Earlier this week, I attended the Racial and Cultural Equity call hosted by the Chester County Marching Forward R.A.C.E. group. It included lawmakers from around our region, including Sen. Comitta and Sen. Muth whom I greatly admire, and a couple of police chiefs. It was incredibly enlightening and so I wanted to do a quick write-up to share what I learned.
Last year, a local scholarship for the Police Academy was started by local religious leaders. Also, there is a program where kids from Coatesville come out to engage with West Chester Police. I look forward to speaking with the Chief about these when we meet.
While many shared new laws and policies that are making great strides, everyone acknowledged that there are places where we need to improve our police force. Some of these were also discussed at last month’s Borough Council meeting and so I am officially adding the following police reforms to my platform:
- A common concern from residents is that few of our officers live in town. We should be looking into a home buying credit so we can encourage officers to live in our community.
- I know WCPD is NOT accredited. I have heard that the renovations we performed on Borough Hall a couple of years ago went a long way towards accomplishing this goal, but I will work with the Chief to get whatever we need to get accredited.
- I liked Council President Galey’s idea for a local Police Academy feeder program and I will discuss this with the chief when we meet.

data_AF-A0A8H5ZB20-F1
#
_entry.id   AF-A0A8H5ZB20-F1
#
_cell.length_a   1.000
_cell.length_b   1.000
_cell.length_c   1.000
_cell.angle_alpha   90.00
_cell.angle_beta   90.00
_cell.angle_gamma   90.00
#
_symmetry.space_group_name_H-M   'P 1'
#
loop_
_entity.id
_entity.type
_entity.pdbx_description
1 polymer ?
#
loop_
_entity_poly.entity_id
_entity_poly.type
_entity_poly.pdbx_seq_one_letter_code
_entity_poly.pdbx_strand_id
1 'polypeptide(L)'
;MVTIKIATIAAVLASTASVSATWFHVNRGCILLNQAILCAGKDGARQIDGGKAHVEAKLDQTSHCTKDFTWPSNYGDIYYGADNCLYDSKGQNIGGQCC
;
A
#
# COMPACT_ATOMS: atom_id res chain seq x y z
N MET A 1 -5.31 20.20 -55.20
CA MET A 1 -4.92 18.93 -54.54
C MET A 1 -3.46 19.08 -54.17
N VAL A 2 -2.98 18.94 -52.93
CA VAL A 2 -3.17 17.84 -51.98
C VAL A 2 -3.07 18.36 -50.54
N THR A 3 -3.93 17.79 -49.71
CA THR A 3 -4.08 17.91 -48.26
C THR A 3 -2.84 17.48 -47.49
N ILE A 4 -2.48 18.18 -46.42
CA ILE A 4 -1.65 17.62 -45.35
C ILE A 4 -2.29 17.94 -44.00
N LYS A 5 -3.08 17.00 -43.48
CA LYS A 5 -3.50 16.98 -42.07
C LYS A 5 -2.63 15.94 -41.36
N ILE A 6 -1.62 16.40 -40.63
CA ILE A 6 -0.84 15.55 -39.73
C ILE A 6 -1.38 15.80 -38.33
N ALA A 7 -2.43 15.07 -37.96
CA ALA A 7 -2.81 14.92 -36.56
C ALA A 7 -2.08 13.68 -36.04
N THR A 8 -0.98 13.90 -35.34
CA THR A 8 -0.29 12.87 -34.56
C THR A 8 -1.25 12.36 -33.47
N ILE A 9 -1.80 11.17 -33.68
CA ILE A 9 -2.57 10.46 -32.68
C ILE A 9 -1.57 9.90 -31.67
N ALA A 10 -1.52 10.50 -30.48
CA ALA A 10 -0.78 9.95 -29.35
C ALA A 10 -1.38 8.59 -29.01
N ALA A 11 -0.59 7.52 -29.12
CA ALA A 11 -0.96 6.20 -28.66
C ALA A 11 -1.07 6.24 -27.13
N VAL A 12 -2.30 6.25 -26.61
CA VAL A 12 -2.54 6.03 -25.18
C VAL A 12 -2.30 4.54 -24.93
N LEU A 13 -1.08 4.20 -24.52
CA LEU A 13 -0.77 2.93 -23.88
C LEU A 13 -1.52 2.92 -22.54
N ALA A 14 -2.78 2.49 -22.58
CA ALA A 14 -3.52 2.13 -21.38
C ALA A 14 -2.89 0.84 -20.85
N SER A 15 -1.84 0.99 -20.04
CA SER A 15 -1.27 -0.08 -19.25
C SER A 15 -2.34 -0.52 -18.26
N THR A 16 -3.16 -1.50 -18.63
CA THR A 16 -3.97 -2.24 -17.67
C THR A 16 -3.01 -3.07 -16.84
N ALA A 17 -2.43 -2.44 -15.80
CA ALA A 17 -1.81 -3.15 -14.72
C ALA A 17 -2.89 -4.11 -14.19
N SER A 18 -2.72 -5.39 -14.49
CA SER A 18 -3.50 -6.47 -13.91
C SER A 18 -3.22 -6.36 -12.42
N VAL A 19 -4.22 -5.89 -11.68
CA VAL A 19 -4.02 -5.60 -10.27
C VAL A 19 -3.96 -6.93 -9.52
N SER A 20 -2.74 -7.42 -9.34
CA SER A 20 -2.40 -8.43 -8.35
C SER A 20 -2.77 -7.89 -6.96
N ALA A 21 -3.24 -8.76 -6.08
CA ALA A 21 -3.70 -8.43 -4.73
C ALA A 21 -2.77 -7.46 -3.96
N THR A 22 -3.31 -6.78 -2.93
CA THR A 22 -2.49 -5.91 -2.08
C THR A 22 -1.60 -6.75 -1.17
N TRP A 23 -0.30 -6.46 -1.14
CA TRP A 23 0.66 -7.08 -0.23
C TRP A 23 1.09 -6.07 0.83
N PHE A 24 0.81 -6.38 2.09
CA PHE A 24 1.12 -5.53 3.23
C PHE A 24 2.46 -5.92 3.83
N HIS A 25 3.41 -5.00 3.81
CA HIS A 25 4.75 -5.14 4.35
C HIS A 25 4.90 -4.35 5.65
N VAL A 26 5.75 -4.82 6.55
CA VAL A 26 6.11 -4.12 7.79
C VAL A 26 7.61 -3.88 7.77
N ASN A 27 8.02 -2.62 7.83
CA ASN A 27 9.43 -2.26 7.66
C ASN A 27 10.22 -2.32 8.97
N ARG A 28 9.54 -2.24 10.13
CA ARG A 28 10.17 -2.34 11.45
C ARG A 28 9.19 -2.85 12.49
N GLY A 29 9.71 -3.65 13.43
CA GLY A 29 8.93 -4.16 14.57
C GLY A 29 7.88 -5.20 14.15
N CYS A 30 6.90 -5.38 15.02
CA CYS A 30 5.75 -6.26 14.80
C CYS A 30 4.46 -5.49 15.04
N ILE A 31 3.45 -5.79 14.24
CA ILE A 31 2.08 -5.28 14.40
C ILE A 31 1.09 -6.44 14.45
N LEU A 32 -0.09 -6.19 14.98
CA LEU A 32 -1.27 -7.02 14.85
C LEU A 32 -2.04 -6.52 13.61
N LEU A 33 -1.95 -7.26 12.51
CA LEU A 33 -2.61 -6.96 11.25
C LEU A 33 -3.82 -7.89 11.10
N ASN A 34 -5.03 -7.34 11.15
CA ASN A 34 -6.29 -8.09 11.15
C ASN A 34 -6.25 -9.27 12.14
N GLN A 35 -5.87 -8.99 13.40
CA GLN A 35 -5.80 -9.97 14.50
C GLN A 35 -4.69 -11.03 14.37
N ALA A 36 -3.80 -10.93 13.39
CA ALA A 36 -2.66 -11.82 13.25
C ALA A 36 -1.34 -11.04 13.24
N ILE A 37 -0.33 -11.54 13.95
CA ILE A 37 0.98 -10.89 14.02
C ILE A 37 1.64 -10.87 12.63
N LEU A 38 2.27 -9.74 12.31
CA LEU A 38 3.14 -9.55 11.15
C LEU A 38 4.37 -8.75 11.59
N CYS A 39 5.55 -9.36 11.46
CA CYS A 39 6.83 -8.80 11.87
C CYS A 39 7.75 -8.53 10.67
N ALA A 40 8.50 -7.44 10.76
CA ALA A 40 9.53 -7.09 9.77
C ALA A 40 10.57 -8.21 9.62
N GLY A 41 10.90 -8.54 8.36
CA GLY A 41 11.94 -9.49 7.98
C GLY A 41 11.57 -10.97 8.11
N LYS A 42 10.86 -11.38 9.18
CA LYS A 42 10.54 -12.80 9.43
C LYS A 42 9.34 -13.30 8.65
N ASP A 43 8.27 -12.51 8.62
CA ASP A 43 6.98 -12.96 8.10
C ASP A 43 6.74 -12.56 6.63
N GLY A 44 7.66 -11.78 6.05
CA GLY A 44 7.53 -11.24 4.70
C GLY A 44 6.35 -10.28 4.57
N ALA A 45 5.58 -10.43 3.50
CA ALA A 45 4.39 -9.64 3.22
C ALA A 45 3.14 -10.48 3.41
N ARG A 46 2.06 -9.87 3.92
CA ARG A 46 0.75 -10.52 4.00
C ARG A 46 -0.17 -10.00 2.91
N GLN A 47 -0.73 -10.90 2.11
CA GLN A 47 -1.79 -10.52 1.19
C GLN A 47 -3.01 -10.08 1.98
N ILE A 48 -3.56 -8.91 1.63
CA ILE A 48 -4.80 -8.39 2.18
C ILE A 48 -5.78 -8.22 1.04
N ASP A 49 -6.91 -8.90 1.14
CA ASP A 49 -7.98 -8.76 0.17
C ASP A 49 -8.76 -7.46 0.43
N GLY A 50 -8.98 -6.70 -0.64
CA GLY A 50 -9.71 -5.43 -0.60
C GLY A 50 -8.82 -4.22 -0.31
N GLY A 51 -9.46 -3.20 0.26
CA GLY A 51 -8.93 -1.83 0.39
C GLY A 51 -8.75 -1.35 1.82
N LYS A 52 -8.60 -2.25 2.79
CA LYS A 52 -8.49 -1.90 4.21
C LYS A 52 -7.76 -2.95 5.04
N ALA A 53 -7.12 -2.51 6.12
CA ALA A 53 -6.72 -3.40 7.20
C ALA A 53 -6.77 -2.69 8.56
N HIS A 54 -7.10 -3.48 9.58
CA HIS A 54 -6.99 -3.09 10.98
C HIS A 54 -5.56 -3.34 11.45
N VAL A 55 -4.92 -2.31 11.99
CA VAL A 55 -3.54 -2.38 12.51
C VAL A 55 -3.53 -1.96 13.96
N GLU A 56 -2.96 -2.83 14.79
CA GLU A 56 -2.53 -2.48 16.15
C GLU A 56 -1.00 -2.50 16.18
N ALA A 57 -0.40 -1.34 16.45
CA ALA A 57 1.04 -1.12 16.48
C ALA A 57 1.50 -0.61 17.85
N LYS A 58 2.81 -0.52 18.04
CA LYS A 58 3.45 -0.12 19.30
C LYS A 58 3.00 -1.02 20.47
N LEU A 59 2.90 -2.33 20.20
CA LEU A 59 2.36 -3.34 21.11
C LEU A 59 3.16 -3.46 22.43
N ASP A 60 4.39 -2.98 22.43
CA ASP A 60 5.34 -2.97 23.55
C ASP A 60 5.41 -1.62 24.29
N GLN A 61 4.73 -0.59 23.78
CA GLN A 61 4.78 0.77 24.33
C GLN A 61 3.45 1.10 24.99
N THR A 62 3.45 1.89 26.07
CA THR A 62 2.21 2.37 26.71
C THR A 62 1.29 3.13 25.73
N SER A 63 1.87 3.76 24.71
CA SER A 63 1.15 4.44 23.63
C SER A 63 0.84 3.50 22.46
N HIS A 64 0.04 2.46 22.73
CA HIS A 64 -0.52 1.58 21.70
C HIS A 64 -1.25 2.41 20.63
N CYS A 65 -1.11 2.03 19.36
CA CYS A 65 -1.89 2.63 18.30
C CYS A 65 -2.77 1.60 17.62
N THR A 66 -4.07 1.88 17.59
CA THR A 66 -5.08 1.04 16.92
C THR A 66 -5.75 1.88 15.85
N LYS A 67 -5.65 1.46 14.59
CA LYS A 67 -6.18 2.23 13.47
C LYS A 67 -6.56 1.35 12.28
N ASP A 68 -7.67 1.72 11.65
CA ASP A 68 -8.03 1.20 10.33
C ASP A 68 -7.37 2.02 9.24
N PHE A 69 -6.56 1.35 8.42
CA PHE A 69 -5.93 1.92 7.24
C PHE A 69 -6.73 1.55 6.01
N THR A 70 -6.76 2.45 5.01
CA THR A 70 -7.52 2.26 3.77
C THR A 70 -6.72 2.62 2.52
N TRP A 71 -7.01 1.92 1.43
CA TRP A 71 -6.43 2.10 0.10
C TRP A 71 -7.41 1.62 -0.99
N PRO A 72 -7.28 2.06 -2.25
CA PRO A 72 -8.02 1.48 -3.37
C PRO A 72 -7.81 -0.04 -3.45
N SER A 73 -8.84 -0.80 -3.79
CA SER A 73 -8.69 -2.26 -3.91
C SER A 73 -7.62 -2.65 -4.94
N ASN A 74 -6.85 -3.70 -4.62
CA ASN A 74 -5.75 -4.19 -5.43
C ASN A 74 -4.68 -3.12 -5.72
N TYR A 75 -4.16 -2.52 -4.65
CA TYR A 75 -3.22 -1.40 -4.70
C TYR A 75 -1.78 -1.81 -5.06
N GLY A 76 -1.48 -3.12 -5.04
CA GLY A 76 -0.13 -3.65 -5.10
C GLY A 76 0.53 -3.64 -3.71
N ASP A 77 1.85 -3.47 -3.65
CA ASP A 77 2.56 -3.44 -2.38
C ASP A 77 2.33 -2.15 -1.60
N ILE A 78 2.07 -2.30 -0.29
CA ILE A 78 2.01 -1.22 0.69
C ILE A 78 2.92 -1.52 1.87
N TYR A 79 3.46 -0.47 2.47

The biggest takeaway for me was at the end of the meeting when one of the chiefs said “It’s great to see these laws, but no agency is doing it right.”
We need to be that model. So I am looking to law enforcement agencies in other states for inspiration. I know we are limited by Civil Service Requirements, but I also know there are folks on the state level like Sen. Comitta and Rep. Herrin working on modifying them to make it easier to hire a more diverse police force.
Mayor Herrin made hiring female officers a priority and achieved that goal. I will make diversification of our police department the highest priority because I refuse to believe that the problem is “lack of applicants”, we need to change how we do things and who we are reaching when trying to recruit.
Finally, I want to be very clear. The lack of diversity is not the fault of the department itself, but rather the civilians who are in charge of hiring the officers, and the hiring processes they create. WCPD works with what we give them, and we are failing both our neighbors and the department by not creating a police force that mirrors our community.
In last month’s discussion about police diversity in hiring, the solicitor said that in the end, getting a diverse pool of candidates comes down to marketing. As someone with over a decade of marketing experience, I think my talents make me uniquely qualified for the task.